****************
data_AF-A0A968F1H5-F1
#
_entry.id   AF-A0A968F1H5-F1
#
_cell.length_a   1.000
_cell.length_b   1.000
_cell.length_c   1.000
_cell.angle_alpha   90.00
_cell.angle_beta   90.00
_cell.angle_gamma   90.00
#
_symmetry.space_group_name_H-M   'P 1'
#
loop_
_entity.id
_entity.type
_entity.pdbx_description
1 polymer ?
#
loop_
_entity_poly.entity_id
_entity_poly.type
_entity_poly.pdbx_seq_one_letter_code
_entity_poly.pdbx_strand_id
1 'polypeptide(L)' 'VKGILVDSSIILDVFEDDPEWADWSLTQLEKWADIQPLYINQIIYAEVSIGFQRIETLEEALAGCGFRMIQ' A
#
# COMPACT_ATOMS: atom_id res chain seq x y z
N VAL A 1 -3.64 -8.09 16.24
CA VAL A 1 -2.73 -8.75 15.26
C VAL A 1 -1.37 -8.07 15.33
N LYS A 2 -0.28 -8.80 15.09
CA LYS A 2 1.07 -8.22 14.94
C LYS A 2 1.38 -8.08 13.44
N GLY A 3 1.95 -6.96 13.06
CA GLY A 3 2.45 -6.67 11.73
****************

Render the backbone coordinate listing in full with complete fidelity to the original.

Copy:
data_AF-A0A968F1H5-F1
#
_entry.id   AF-A0A968F1H5-F1
#
_cell.length_a   1.000
_cell.length_b   1.000
_cell.length_c   1.000
_cell.angle_alpha   90.00
_cell.angle_beta   90.00
_cell.angle_gamma   90.00
#
_symmetry.space_group_name_H-M   'P 1'
#
loop_
_entity.id
_entity.type
_entity.pdbx_description
1 polymer ?
#
loop_
_entity_poly.entity_id
_entity_poly.type
_entity_poly.pdbx_seq_one_letter_code
_entity_poly.pdbx_strand_id
1 'polypeptide(L)' 'VKGILVDSSIILDVFEDDPEWADWSLTQLEKWADIQPLYINQIIYAEVSIGFQRIETLEEALAGCGFRMIQ' A
#
# COMPACT_ATOMS: atom_id res chain seq x y z
N VAL A 1 -3.64 -8.09 16.24
CA VAL A 1 -2.73 -8.75 15.26
C VAL A 1 -1.37 -8.07 15.33
N LYS A 2 -0.28 -8.80 15.09
CA LYS A 2 1.07 -8.22 14.94
C LYS A 2 1.38 -8.08 13.44
N GLY A 3 1.95 -6.96 13.06
CA GLY A 3 2.45 -6.67 11.73